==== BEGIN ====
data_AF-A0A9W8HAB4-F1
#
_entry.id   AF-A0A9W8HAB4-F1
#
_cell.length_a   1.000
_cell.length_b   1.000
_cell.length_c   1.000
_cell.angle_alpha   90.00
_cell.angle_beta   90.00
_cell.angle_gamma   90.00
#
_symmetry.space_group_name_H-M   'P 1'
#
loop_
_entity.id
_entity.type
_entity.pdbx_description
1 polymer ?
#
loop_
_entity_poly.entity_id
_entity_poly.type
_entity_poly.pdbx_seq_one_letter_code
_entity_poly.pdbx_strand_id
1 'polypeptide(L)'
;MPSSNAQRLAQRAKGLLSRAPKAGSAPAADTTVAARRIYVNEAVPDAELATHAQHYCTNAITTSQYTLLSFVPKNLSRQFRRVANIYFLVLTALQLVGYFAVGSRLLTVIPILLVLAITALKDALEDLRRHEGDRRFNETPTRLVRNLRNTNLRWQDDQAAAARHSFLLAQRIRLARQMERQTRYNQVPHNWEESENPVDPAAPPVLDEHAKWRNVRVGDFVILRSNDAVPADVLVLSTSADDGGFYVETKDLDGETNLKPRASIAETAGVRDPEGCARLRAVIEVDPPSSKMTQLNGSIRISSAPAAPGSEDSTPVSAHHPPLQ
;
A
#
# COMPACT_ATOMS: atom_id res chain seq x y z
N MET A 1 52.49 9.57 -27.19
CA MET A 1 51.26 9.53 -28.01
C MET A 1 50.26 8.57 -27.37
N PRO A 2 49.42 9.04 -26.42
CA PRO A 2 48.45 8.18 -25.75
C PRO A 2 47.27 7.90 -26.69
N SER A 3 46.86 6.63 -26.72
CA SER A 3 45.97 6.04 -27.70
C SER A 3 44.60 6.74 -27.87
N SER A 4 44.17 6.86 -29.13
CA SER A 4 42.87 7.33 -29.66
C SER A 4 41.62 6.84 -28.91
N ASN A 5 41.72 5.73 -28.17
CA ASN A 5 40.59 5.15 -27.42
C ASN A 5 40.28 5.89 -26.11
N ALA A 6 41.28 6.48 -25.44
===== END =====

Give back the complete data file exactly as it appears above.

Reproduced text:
data_AF-A0A9W8HAB4-F1
#
_entry.id   AF-A0A9W8HAB4-F1
#
_cell.length_a   1.000
_cell.length_b   1.000
_cell.length_c   1.000
_cell.angle_alpha   90.00
_cell.angle_beta   90.00
_cell.angle_gamma   90.00
#
_symmetry.space_group_name_H-M   'P 1'
#
loop_
_entity.id
_entity.type
_entity.pdbx_description
1 polymer ?
#
loop_
_entity_poly.entity_id
_entity_poly.type
_entity_poly.pdbx_seq_one_letter_code
_entity_poly.pdbx_strand_id
1 'polypeptide(L)'
;MPSSNAQRLAQRAKGLLSRAPKAGSAPAADTTVAARRIYVNEAVPDAELATHAQHYCTNAITTSQYTLLSFVPKNLSRQFRRVANIYFLVLTALQLVGYFAVGSRLLTVIPILLVLAITALKDALEDLRRHEGDRRFNETPTRLVRNLRNTNLRWQDDQAAAARHSFLLAQRIRLARQMERQTRYNQVPHNWEESENPVDPAAPPVLDEHAKWRNVRVGDFVILRSNDAVPADVLVLSTSADDGGFYVETKDLDGETNLKPRASIAETAGVRDPEGCARLRAVIEVDPPSSKMTQLNGSIRISSAPAAPGSEDSTPVSAHHPPLQ
;
A
#
# COMPACT_ATOMS: atom_id res chain seq x y z
N MET A 1 52.49 9.57 -27.19
CA MET A 1 51.26 9.53 -28.01
C MET A 1 50.26 8.57 -27.37
N PRO A 2 49.42 9.04 -26.42
CA PRO A 2 48.45 8.18 -25.75
C PRO A 2 47.27 7.90 -26.69
N SER A 3 46.86 6.63 -26.72
CA SER A 3 45.97 6.04 -27.70
C SER A 3 44.60 6.74 -27.87
N SER A 4 44.17 6.86 -29.13
CA SER A 4 42.87 7.33 -29.66
C SER A 4 41.62 6.84 -28.91
N ASN A 5 41.72 5.73 -28.17
CA ASN A 5 40.59 5.15 -27.42
C ASN A 5 40.28 5.89 -26.11
N ALA A 6 41.28 6.48 -25.44